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This article in SSSAJ

  1. Vol. 67 No. 2, p. 544-554
     
    Received: Nov 6, 2001
    Published: Mar, 2003


    * Corresponding author(s): laboski@msu.edu
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doi:10.2136/sssaj2003.5440

Changes in Soil Test Phosphorus Concentration After Application of Manure or Fertilizer

  1. Carrie A. M. Laboski *a and
  2. John A. Lambb
  1. a Dep. of Crop and Soil Sciences, Michigan State University, 286 Plant and Soil Sciences, East Lansing, MI 48824
    b Dep. of Soil, Water, and Climate, University of Minnesota, 1991 Upper Buford Circle, St. Paul, MN 55108

Abstract

The availability of P from injected manure application has received limited study. The objectives of this study were to determine the effect of time on P availability in soils amended with manure or fertilizer, evaluate the relative availability of manure P compared with fertilizer P, and determine the impact of previous manure history on P availability. Liquid swine manure or fertilizer was applied to Minnesota soils, from seven different mapping units with various manure histories. The application rates were equivalent to the amount of total P applied in undisturbed manure injection zones. Soils were analyzed for available P after incubation periods of 1, 2, 3, 6, and 9 mo. As the duration of incubation increased, fertilizer P became less available in six of the seven soil series, while soil test P concentrations in manured soils were unchanged. Phosphorus from liquid swine manure was more available than fertilizer P from 1 through 9 mo of incubation. It is postulated that the decomposition of manure resulted in concentrations of organic acids that effectively reduced P sorption to the soil and increased P availability. Prior manure history had a mixed impact on the availability of P from subsequent applications of manure or fertilizer. Further studies need to be conducted to determine if similar results can be found in a field setting.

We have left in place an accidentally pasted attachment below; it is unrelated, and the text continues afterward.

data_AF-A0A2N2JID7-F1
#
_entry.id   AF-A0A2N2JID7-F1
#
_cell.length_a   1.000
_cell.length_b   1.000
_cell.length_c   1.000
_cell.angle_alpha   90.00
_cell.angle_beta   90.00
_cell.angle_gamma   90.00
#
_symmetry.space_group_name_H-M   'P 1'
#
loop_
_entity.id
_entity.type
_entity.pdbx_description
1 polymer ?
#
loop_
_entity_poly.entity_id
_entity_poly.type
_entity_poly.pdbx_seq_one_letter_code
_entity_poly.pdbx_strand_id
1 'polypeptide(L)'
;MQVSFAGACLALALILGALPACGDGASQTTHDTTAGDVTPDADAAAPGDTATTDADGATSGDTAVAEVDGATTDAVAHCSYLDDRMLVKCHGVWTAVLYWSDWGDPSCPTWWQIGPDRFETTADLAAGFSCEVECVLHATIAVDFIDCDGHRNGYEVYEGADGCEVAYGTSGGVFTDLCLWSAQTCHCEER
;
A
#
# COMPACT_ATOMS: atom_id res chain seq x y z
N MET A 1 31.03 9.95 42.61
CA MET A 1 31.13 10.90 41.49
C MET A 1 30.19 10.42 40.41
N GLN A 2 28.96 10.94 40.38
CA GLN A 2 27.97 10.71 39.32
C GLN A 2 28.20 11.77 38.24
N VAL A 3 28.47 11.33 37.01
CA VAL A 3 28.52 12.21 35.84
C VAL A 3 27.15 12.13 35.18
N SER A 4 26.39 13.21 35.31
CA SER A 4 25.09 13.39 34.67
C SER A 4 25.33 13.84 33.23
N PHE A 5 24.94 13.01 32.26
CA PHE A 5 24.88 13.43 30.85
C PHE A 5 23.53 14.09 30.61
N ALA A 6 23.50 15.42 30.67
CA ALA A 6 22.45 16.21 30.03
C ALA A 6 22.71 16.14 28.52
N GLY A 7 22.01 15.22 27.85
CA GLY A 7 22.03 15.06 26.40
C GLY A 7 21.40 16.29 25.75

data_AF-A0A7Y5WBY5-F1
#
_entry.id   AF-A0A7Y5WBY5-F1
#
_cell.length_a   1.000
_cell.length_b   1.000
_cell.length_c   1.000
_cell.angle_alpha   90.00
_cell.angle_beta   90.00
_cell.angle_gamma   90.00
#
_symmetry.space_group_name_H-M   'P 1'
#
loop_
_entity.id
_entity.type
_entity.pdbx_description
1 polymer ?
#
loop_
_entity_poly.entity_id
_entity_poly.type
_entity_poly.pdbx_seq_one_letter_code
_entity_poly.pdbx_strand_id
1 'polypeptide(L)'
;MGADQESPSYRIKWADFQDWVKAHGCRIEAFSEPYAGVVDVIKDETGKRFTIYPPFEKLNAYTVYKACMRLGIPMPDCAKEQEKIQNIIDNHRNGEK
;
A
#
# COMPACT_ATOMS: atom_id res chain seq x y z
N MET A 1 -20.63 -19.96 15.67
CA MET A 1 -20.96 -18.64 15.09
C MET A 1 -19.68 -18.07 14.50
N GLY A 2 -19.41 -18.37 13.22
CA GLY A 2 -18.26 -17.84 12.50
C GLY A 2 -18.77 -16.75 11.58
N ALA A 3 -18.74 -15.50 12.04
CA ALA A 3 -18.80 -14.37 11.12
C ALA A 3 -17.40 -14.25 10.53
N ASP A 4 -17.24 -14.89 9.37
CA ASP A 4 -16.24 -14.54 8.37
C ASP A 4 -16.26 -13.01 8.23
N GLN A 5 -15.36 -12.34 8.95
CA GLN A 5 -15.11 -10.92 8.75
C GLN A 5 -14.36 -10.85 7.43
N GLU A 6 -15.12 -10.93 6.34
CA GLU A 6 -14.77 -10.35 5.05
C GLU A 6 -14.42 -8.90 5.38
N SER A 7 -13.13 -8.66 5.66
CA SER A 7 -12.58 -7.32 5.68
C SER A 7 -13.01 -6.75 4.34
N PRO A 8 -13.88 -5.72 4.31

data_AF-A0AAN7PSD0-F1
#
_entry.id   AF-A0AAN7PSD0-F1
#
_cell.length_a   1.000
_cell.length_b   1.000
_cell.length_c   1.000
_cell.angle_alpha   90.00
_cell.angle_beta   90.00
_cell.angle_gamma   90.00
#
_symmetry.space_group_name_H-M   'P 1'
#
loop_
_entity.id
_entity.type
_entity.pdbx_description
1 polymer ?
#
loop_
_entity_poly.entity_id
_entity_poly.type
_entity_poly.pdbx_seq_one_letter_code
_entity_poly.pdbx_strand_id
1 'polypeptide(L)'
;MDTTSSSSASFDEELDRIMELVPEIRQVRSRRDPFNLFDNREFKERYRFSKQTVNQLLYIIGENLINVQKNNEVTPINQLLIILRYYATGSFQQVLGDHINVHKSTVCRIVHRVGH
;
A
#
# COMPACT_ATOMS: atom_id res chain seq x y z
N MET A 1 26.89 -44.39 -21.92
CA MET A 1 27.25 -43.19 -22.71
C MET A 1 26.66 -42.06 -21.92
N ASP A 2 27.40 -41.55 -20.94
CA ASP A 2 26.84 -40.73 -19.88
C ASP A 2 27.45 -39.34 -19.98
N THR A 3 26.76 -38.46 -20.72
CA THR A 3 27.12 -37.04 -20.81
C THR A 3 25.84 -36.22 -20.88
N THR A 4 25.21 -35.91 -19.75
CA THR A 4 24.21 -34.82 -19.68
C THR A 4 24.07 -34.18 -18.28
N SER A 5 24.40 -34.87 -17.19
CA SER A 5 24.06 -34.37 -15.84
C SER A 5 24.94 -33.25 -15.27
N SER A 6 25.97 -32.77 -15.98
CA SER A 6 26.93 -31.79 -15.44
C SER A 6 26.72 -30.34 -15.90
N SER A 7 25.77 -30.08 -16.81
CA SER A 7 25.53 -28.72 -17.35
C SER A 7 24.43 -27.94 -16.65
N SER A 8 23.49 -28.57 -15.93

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Copyright © 2003. Soil Science SocietyPublished in Soil Sci. Soc. Am. J.67:544–554.